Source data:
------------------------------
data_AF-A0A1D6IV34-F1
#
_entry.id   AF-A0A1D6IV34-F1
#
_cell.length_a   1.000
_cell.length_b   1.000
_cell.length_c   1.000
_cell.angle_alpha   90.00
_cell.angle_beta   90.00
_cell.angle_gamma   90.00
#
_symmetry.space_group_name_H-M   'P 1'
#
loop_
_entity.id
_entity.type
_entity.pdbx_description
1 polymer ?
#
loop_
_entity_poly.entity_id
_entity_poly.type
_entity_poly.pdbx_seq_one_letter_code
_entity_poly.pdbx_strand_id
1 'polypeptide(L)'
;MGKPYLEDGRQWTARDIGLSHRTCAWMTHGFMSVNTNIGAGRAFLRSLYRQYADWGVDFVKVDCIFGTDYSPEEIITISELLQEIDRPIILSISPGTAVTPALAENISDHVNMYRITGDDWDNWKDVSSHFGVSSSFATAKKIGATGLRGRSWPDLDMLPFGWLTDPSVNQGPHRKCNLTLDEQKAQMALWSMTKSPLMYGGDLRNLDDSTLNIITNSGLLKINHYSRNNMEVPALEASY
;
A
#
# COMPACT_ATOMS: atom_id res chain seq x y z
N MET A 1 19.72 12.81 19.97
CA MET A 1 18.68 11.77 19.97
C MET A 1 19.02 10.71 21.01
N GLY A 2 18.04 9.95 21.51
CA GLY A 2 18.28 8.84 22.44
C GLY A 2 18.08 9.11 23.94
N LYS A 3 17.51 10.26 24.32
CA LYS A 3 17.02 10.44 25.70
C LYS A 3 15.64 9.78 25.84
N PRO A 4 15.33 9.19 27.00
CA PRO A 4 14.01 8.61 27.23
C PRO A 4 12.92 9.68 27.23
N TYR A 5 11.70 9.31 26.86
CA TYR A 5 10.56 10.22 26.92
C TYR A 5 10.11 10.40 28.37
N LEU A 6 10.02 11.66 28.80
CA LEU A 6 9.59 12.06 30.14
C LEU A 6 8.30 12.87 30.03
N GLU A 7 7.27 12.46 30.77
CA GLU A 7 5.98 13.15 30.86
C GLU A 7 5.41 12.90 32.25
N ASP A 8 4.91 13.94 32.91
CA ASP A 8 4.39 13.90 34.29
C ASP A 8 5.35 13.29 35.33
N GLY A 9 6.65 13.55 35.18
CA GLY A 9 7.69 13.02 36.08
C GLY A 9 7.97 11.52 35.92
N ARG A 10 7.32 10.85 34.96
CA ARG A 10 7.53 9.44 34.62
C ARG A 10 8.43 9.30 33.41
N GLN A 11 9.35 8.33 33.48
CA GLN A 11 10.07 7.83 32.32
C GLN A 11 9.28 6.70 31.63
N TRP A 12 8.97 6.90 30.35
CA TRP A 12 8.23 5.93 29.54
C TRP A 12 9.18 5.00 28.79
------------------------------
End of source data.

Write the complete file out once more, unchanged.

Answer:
data_AF-A0A1D6IV34-F1
#
_entry.id   AF-A0A1D6IV34-F1
#
_cell.length_a   1.000
_cell.length_b   1.000
_cell.length_c   1.000
_cell.angle_alpha   90.00
_cell.angle_beta   90.00
_cell.angle_gamma   90.00
#
_symmetry.space_group_name_H-M   'P 1'
#
loop_
_entity.id
_entity.type
_entity.pdbx_description
1 polymer ?
#
loop_
_entity_poly.entity_id
_entity_poly.type
_entity_poly.pdbx_seq_one_letter_code
_entity_poly.pdbx_strand_id
1 'polypeptide(L)'
;MGKPYLEDGRQWTARDIGLSHRTCAWMTHGFMSVNTNIGAGRAFLRSLYRQYADWGVDFVKVDCIFGTDYSPEEIITISELLQEIDRPIILSISPGTAVTPALAENISDHVNMYRITGDDWDNWKDVSSHFGVSSSFATAKKIGATGLRGRSWPDLDMLPFGWLTDPSVNQGPHRKCNLTLDEQKAQMALWSMTKSPLMYGGDLRNLDDSTLNIITNSGLLKINHYSRNNMEVPALEASY
;
A
#
# COMPACT_ATOMS: atom_id res chain seq x y z
N MET A 1 19.72 12.81 19.97
CA MET A 1 18.68 11.77 19.97
C MET A 1 19.02 10.71 21.01
N GLY A 2 18.04 9.95 21.51
CA GLY A 2 18.28 8.84 22.44
C GLY A 2 18.08 9.11 23.94
N LYS A 3 17.51 10.26 24.32
CA LYS A 3 17.02 10.44 25.70
C LYS A 3 15.64 9.78 25.84
N PRO A 4 15.33 9.19 27.00
CA PRO A 4 14.01 8.61 27.23
C PRO A 4 12.92 9.68 27.23
N TYR A 5 11.70 9.31 26.86
CA TYR A 5 10.56 10.22 26.92
C TYR A 5 10.11 10.40 28.37
N LEU A 6 10.02 11.66 28.80
CA LEU A 6 9.59 12.06 30.14
C LEU A 6 8.30 12.87 30.03
N GLU A 7 7.27 12.46 30.77
CA GLU A 7 5.98 13.15 30.86
C GLU A 7 5.41 12.90 32.25
N ASP A 8 4.91 13.94 32.91
CA ASP A 8 4.39 13.90 34.29
C ASP A 8 5.35 13.29 35.33
N GLY A 9 6.65 13.55 35.18
CA GLY A 9 7.69 13.02 36.08
C GLY A 9 7.97 11.52 35.92
N ARG A 10 7.32 10.85 34.96
CA ARG A 10 7.53 9.44 34.62
C ARG A 10 8.43 9.30 33.41
N GLN A 11 9.35 8.33 33.48
CA GLN A 11 10.07 7.83 32.32
C GLN A 11 9.28 6.70 31.63
N TRP A 12 8.97 6.90 30.35
CA TRP A 12 8.23 5.93 29.54
C TRP A 12 9.18 5.00 28.79